Anthony Whitworth Jones (then at Garsington Opera) came to hear it and commented that the work would fit a 500-600 seat theatre but would need more colours in the accompaniment. Though, as a rather wordy opera, it did not seem a good fit with too big a theatre. The Royal Academy of Music performed the opera in 2012 with the piano on stage and the piece certainly seemed big enough to fill the space. But Jonathan accepts that companies might have conceptions of his works which never occurred to him when writing them, for example Tobias and the Angel was conceived as a church opera but in 2006 the Young Vic successfully used it to re-open their theatre.

For Mansfield Park, Jonathan feels that Alasdair Middleton's dramatisation of the book is quite brilliant, though inevitably it has radical elements. There an no scenes in Portsmouth, Tom (the oldest Bertram son) does not appear, and neither does Fanny's brother William. The orchestration of Mansfield Park was commissioned by The Grange Festival, and Jonathan used an ensemble of 13 instruments including piano (almost identical to Britten's The Rape of Lucretia) so that there are elements of a piano concerto to the accompaniment. Jonathan hopes it will be just as easy to achieve a good balance with the singers, as the orchestra is in the pit.

In fact, Britten was considering an operatic version of Mansfield Park as a follow up to The Rape of Lucretia. Jonathan did not know about the Britten connection when he first imagined the opera, but when working with Colin Graham (who had worked with Britten), Graham talked about it. Evidently there was rather more than a scenario, and Ronald Duncan drafted the libretto to Act One, though Britten wrote no music.

Frustrated by film and television adaptations of Mansfield Park


Set design by Dick Bird for Martin Lloyd Evans production of Jonathan Dove's Mansfield Park at The Grange Festival
Set design by Dick Bird for Martin Lloyd Evans production
of Jonathan Dove's Mansfield Park at The Grange Festival
Jonathan has always found himself frustrated by film and television adaptations of Mansfield Park, particularly the way Fanny always seems to get transformed into someone more sprightly and pro-active. He wanted to try and capture the true spirit of Fanny's character, and he feels that when reading the book, it is Jane Austen's writing, which is often very funny, which energises you and he felt that in the opera music could play this role whilst preserving Fanny's essential character.

Another aspect of adaptations of Jane Austen was the challenge of making the manners formal enough, and Jonathan feels that too often the manners are too modern. So the music gives a sense of restraint, with Jonathan restricting the sound palate. He has tried to include nothing that would not have occurred post-1815. But he points out that it is not a work of scholarship, nor does he pastiche the music of the time, instead the individual sounds (the chords etc) are ones which Jane Austen herself could recognise but Jonathan's musical grammar is different. But it begins and ends with a chord of C major.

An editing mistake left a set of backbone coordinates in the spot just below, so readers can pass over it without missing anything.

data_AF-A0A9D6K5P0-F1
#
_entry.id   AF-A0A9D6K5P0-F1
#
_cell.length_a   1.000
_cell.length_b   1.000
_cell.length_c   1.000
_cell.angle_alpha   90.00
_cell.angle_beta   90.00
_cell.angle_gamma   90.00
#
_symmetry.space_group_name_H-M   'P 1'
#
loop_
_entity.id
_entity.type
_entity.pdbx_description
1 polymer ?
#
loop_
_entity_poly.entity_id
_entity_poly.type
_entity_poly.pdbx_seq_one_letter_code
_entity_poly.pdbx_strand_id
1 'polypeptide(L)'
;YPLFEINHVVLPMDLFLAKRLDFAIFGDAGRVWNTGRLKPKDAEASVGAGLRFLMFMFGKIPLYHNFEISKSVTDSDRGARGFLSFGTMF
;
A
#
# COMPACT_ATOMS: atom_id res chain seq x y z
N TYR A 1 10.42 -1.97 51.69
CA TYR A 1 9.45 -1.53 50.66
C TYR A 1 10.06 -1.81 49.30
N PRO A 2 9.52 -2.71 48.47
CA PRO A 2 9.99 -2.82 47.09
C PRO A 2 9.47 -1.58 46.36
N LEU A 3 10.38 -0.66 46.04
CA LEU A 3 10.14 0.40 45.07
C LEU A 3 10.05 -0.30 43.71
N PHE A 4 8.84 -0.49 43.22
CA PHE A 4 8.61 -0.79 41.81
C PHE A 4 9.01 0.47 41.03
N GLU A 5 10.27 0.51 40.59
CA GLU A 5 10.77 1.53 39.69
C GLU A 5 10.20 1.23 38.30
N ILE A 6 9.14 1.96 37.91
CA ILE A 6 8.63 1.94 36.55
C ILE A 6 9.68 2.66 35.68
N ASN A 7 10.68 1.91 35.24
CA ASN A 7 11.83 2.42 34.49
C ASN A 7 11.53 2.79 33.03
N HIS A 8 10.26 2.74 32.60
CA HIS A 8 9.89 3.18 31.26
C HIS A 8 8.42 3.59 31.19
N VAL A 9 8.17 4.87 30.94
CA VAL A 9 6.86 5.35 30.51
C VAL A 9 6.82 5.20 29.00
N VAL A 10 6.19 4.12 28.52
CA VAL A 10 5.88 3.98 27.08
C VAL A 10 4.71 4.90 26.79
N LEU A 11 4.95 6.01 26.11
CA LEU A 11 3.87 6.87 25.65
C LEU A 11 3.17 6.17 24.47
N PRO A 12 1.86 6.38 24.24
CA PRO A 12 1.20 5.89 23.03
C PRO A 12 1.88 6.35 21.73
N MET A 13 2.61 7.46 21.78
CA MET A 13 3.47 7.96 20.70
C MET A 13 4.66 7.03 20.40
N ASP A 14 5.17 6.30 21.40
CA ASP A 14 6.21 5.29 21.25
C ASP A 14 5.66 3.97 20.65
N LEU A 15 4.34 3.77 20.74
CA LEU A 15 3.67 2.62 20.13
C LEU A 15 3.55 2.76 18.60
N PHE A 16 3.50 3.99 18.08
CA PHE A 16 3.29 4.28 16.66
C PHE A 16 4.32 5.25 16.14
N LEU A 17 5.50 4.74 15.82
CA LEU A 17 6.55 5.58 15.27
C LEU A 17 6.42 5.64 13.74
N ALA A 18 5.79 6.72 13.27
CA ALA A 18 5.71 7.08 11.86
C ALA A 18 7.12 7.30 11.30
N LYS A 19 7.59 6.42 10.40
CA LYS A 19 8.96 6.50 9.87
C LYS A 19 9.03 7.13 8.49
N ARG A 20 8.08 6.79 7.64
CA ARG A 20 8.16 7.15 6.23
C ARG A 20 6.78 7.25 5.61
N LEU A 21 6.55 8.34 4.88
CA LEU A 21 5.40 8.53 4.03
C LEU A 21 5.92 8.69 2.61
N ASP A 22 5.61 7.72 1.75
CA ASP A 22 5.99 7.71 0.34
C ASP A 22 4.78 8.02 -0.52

Another layer of formality is that in the libretto, the characters announce each chapter which also helps to compress the work as Jonathan and Alasdair were able to just use the most important scenes.

He found many instrumental ideas implicit in the piece


Jonathan's normal method of composing an opera is to write the vocal score first (as this is the score which needs delivering for rehearsals), and to orchestrate later. But he thinks about the orchestration as he writes, so he has thought about the orchestra even thought the parts have not been written out. For Mansfield Park it was entirely different, he was orchestrating a piano part which had never been thought of in orchestral terms. In fact, he found many instrumental ideas implicit in the piece, though he was also able to do things not possible in the piano (such as have off-stage instruments during the ball scene). The instruments also bring colour and intensity, so that emotions present in the score have more importance.

Normally when writing opera Jonathan expects to find the characters each have their own instrumental colour or mode (he tends to write in modes), and the working out of the drama is in the working out of the contrasts between this different kinds of music. But Mansfield Park is not like that, it is more Mozartian in that each scene is like a self-contained number, and there is only one recurring motif, which is connected to Fanny. Jonathan feels that it is a special piece in his output, but it could never be described as modernist and he sees it more as an homage to neo-classicism in a similar vein to Stravinsky's The Rake's Progress.